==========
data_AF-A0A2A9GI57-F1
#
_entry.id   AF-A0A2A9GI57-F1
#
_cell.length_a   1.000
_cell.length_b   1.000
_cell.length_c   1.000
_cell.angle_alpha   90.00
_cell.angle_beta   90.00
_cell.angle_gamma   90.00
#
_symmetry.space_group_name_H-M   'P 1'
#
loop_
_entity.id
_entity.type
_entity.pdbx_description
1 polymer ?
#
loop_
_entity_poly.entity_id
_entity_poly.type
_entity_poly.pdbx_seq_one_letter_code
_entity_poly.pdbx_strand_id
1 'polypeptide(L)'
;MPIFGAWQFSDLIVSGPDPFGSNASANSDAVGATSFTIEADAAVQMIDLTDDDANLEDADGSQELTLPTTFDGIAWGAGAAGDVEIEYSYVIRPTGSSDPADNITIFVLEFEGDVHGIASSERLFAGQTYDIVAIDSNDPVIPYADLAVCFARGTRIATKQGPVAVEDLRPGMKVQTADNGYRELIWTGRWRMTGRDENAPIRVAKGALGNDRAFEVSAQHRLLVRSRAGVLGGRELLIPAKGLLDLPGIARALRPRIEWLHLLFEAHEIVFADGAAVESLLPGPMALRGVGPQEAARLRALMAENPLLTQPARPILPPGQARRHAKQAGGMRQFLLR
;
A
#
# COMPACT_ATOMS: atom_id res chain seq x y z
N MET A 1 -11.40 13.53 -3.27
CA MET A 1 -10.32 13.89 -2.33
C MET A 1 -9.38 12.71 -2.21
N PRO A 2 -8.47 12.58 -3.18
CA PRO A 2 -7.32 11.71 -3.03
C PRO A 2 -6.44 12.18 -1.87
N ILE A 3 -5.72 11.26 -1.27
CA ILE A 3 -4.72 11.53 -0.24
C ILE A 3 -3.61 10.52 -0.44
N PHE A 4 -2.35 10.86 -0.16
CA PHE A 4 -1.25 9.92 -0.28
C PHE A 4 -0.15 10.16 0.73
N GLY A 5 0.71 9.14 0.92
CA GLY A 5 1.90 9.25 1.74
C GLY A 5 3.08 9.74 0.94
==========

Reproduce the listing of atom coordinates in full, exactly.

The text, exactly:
data_AF-A0A2A9GI57-F1
#
_entry.id   AF-A0A2A9GI57-F1
#
_cell.length_a   1.000
_cell.length_b   1.000
_cell.length_c   1.000
_cell.angle_alpha   90.00
_cell.angle_beta   90.00
_cell.angle_gamma   90.00
#
_symmetry.space_group_name_H-M   'P 1'
#
loop_
_entity.id
_entity.type
_entity.pdbx_description
1 polymer ?
#
loop_
_entity_poly.entity_id
_entity_poly.type
_entity_poly.pdbx_seq_one_letter_code
_entity_poly.pdbx_strand_id
1 'polypeptide(L)'
;MPIFGAWQFSDLIVSGPDPFGSNASANSDAVGATSFTIEADAAVQMIDLTDDDANLEDADGSQELTLPTTFDGIAWGAGAAGDVEIEYSYVIRPTGSSDPADNITIFVLEFEGDVHGIASSERLFAGQTYDIVAIDSNDPVIPYADLAVCFARGTRIATKQGPVAVEDLRPGMKVQTADNGYRELIWTGRWRMTGRDENAPIRVAKGALGNDRAFEVSAQHRLLVRSRAGVLGGRELLIPAKGLLDLPGIARALRPRIEWLHLLFEAHEIVFADGAAVESLLPGPMALRGVGPQEAARLRALMAENPLLTQPARPILPPGQARRHAKQAGGMRQFLLR
;
A
#
# COMPACT_ATOMS: atom_id res chain seq x y z
N MET A 1 -11.40 13.53 -3.27
CA MET A 1 -10.32 13.89 -2.33
C MET A 1 -9.38 12.71 -2.21
N PRO A 2 -8.47 12.58 -3.18
CA PRO A 2 -7.32 11.71 -3.03
C PRO A 2 -6.44 12.18 -1.87
N ILE A 3 -5.72 11.26 -1.27
CA ILE A 3 -4.72 11.53 -0.24
C ILE A 3 -3.61 10.52 -0.44
N PHE A 4 -2.35 10.86 -0.16
CA PHE A 4 -1.25 9.92 -0.28
C PHE A 4 -0.15 10.16 0.73
N GLY A 5 0.71 9.14 0.92
CA GLY A 5 1.90 9.25 1.74
C GLY A 5 3.08 9.74 0.94